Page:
Last night, Republican senators in Wisconsin broke a weeks-long impasse with Democrats and passed a bill limiting the collective bargaining privileges of public-sector employees. The bill is expected to be signed into law by the state's Republican governor, Scott Walker. In response, pro-union demonstrators flooded the Capitol and staged what the Milwaukee Journal Sentinel described as a "wild scene," with large groups attempting to force their way past police officers guarding the area. Some protesters reportedly ended up entering the Capitol through the windows.
Labor groups and their Democratic allies are painting the bill in nearly apocalyptic terms, arguing that it is an extreme and uniquely restrictive piece of legislation. Wisconsin AFL-CIO President Phil Neuenfeldt released a statement saying that "tonight's events have demonstrated they will do or say anything to pass their extreme agenda that attacks Wisconsin's working families." SEIU International President Mary Kay Henry said the passage of the bill proves that governor Walker's agenda was "never about balancing the budget—it was always about stripping workers of a voice." Writing at The Huffington Post, former White House labor secretary Robert Reich called the bill's passage a "coup d'etat," and declared that "Walker and his cohorts are extremists willing to go to any lengths for their big-business patrons."
So how extreme is the bill passed last night? Not very, at least in comparison to other states. Here's Josh Barro of the Manhattan Institute:
Wisconsin's new policies on public-employee relations will not be especially unusual. Only 26 states have laws that grant collective-bargaining privileges to substantially all public employees. Twelve have laws that give collective bargaining to some workers, and twelve have no statewide collective-bargaining law at all, though some municipalities may grant bargaining rights in those states.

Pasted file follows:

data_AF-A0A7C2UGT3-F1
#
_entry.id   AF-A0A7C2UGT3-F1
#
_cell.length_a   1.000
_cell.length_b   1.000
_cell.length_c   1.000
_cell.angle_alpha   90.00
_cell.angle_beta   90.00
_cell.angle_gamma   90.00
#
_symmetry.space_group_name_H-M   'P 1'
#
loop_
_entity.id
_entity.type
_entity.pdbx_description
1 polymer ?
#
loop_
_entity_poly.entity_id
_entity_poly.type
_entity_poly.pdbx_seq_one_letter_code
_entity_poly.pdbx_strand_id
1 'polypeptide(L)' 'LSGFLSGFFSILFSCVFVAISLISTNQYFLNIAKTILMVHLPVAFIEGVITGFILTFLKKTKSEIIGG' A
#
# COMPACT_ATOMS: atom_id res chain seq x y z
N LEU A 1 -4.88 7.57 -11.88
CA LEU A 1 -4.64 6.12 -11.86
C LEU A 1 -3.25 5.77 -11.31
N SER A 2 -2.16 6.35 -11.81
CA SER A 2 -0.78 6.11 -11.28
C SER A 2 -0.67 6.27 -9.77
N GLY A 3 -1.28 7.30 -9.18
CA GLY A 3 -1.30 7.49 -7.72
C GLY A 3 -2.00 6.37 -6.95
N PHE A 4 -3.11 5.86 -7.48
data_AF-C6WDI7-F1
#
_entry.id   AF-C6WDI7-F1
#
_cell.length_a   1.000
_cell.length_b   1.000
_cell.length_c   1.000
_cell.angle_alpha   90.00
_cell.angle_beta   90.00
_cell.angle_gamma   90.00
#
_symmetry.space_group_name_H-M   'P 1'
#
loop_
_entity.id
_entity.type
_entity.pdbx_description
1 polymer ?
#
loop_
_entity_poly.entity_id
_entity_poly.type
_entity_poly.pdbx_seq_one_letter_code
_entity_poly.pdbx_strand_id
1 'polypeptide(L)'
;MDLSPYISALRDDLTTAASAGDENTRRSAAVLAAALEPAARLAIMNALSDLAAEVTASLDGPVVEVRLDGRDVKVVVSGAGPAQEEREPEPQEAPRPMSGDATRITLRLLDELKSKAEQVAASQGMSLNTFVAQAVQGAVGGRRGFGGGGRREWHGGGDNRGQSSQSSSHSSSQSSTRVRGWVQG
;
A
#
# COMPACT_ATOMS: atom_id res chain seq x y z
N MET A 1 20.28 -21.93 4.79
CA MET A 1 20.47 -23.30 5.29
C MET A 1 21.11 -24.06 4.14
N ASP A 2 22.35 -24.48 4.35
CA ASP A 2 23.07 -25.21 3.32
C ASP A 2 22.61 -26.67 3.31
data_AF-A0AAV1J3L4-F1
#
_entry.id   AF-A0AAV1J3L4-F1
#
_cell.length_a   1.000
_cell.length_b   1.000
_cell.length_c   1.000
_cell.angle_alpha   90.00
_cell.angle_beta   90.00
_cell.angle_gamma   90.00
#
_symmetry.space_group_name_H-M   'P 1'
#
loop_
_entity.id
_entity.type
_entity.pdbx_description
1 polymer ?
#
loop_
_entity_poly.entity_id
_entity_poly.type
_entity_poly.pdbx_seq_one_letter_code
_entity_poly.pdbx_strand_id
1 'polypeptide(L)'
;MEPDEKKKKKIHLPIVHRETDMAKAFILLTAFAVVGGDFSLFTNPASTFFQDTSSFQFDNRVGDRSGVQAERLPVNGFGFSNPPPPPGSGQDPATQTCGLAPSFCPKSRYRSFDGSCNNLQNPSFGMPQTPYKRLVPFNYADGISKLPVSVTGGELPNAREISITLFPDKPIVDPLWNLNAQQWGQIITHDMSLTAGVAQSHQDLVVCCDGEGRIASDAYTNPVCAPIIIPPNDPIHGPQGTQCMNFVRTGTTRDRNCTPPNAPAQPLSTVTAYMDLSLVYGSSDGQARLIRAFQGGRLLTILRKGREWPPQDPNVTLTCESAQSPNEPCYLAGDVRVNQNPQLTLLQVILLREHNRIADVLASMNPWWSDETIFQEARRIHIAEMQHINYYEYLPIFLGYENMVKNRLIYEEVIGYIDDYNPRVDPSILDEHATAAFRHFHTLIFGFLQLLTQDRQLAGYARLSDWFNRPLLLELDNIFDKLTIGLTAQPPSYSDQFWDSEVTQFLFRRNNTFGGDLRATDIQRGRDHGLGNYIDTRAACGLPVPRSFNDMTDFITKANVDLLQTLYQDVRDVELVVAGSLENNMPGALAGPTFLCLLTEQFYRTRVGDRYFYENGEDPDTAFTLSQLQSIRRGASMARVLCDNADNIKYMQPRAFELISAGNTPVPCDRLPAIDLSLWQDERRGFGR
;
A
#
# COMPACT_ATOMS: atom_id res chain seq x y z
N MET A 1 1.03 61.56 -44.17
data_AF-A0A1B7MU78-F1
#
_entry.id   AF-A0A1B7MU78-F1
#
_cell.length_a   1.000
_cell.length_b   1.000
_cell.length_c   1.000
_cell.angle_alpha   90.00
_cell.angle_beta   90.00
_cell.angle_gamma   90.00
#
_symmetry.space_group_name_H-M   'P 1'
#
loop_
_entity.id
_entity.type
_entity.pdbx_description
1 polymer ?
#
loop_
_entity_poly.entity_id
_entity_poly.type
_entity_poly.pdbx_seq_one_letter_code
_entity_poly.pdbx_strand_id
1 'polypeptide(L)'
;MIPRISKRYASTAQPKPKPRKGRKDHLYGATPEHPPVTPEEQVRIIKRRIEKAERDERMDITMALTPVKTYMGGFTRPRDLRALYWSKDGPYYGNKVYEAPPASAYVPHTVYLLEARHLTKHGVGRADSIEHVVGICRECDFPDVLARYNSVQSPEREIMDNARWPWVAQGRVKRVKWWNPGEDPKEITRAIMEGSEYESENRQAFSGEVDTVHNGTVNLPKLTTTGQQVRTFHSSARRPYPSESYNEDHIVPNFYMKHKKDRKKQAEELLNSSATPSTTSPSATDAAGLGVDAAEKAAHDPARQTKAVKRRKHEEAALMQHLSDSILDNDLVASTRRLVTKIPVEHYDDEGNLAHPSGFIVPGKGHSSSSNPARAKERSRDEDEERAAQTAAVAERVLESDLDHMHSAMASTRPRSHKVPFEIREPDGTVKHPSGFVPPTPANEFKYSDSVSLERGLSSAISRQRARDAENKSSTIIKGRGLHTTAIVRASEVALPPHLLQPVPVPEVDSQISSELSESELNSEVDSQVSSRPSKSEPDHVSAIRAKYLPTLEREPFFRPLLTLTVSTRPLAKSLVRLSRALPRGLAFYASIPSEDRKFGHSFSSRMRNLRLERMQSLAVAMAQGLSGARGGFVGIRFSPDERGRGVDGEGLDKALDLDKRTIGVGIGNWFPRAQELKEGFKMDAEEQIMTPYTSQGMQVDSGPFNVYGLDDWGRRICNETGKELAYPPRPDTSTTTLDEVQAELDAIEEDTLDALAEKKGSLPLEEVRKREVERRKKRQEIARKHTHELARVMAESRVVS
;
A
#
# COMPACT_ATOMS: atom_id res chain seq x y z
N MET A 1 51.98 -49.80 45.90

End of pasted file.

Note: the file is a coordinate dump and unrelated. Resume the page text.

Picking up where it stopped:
What about federal workers? They have comparatively strict limits on collective bargaining privileges too. Here's Barro again:
Federal workers have very limited collective bargaining rights—and Obama has not been shy about exploiting that weakness. He's using the budget process to push a two-year freeze on federal workers' pay, without any buy-in from the unions. If he were governor of Wisconsin, he'd have to get union heads in a room and plead with them to allow the freeze.
So is President Obama also some sort of anti-union extremist, committed to exploiting workers' weaknesses and attacking families and generally being the sort of anti-union thug that so many labor supporters seem intent on portraying Walker as? Somehow I'm guessing the answer is no.
Watch this joint Reason.tv/Heritage Foundation production about the state budget battle showdown: